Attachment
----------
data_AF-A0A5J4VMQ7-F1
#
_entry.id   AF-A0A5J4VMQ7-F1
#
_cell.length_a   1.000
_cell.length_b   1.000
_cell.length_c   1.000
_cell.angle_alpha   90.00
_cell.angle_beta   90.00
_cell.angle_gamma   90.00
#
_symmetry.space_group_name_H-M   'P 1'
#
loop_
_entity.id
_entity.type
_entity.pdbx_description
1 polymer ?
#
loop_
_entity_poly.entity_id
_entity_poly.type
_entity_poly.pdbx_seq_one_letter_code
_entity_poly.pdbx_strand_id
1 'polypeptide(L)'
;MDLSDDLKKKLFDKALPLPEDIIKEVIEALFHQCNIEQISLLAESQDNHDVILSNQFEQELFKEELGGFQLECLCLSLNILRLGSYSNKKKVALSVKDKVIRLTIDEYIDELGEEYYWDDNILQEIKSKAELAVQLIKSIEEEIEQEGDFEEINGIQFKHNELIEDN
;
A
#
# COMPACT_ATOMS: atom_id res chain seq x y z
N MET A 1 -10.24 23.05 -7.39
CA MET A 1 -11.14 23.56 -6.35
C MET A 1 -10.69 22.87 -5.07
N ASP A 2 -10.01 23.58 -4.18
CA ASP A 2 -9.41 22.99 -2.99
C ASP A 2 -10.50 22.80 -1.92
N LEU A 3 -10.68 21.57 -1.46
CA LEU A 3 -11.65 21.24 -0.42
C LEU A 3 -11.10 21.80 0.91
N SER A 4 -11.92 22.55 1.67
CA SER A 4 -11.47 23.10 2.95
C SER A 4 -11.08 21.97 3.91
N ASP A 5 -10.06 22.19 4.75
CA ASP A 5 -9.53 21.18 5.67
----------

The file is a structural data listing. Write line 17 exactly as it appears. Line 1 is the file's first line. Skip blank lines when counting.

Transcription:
_entity.pdbx_description